Courage in Adversity
A recent project was called EU 1979: A People’s Parliament which uses a feminist framework, film and the creation of a virtual art exhibition to remember the first 1979 European parliamentary elections. We remembered the election through a celebration of the stories of the 67 powerful women MEPs elected at that time. The exhibition featured work by artists from Ireland, the Netherlands, Germany and France alongside the display of the 67 women’s stories.
One of the stories is that of French woman Simone Veil, a Holocaust survivor who became the first president of the first European parliament elected by universal suffrage in 1979. We created a monologue adapted from a speech by Simone and this monologue was transformed into a short film titled Remembering the Shoah.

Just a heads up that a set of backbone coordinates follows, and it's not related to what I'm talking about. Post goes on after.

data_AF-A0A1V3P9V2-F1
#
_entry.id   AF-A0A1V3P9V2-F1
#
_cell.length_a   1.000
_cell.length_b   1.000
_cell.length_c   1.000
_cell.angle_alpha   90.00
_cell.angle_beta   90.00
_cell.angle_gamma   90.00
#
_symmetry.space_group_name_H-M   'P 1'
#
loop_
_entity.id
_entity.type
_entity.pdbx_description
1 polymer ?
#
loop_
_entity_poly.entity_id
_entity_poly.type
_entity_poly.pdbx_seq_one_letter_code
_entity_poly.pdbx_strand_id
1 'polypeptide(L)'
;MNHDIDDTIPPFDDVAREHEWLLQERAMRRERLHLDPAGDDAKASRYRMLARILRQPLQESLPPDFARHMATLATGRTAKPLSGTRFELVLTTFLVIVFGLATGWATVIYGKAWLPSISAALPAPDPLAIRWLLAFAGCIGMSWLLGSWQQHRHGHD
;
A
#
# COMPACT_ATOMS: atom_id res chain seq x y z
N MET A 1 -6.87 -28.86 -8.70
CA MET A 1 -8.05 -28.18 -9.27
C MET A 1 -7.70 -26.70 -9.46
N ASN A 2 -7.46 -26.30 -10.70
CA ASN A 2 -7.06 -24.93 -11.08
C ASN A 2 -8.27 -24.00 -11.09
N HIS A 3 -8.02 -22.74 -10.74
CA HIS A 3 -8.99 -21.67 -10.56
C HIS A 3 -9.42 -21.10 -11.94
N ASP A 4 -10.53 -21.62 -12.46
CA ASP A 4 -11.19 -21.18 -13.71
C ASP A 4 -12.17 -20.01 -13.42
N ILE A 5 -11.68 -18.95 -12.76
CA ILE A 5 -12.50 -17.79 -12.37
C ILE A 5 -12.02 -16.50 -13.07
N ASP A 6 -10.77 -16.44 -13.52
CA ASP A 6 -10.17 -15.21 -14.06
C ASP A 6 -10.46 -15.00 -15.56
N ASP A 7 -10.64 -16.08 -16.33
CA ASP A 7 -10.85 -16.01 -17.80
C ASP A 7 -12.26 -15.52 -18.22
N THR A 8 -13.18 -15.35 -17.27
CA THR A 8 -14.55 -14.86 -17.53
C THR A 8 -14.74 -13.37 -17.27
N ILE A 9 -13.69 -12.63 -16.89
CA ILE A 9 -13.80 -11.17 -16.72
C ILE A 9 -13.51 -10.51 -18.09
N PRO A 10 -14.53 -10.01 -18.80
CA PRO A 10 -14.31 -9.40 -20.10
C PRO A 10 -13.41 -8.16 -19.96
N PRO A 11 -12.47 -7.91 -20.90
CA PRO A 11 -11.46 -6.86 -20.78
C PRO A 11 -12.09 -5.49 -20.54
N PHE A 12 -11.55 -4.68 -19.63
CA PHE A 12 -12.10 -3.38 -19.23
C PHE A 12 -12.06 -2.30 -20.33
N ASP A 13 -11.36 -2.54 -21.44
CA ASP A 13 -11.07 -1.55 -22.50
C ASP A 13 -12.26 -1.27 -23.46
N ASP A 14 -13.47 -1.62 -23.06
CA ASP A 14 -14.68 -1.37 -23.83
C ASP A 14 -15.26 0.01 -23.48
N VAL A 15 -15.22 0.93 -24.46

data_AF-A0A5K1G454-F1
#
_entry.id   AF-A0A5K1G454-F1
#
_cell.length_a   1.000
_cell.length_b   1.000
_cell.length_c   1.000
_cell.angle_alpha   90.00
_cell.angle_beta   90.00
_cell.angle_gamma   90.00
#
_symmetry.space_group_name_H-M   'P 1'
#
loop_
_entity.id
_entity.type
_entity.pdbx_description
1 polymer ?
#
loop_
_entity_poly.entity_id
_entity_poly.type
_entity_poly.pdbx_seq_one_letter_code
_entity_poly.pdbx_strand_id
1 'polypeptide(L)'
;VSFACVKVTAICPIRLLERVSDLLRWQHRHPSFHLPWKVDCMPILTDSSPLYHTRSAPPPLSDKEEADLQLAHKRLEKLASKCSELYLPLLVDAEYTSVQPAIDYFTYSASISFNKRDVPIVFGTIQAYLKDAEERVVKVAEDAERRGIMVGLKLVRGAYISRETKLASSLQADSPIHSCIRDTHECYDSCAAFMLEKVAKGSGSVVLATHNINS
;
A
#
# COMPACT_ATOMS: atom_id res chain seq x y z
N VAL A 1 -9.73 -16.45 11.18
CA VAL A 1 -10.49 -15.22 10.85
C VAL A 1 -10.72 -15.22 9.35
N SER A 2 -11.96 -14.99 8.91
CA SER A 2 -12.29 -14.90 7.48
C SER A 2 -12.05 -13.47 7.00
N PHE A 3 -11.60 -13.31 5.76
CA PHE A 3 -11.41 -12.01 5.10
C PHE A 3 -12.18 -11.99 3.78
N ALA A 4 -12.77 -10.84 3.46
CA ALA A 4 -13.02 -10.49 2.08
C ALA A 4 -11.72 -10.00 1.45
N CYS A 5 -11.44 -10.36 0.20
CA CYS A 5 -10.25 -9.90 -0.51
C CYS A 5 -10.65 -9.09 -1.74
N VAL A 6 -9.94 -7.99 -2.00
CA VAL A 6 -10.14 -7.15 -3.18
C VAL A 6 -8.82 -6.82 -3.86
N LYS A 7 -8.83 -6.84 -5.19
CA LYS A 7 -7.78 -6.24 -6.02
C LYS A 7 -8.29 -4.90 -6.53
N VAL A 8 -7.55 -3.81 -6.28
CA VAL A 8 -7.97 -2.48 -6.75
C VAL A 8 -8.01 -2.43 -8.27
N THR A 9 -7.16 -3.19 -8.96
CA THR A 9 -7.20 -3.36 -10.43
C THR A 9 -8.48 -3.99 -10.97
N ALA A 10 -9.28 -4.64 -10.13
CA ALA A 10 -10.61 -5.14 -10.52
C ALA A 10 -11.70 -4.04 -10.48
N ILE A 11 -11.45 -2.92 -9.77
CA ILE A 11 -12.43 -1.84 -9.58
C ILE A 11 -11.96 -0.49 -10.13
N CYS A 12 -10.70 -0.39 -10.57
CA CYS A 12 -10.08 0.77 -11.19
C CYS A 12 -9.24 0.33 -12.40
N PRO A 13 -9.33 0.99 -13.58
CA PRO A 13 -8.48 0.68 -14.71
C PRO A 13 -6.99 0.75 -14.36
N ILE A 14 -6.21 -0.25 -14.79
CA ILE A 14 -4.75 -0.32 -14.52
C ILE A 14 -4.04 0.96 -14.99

Remembering the Shoah is a short film adapted and directed by Mary Moynihan from The Shoah – a speech by Simone Veil. Simone was a French holocaust survivor who championed women’s rights. Simone was 16 years old when she and her family were deported from France to concentration camps where most of her family perished. Simone remembers how in the camps, women showed an immense capacity for resistance and helped each other in generous, unselfish ways. Simone and her two sisters survived Auschwitz and Bergen-Belsen, while her parents and brother died in the camps. After the war, Simone became French lawyer and politician and Minister for Health where she presides over the first bill legalizing abortion. She has always fought to defend the rights of women, as well as prisoners and children. In 1979, Simone became the first President of the European Parliament and was committed to a Europe of solidarity in which such atrocities as happened during WWII can never happen again.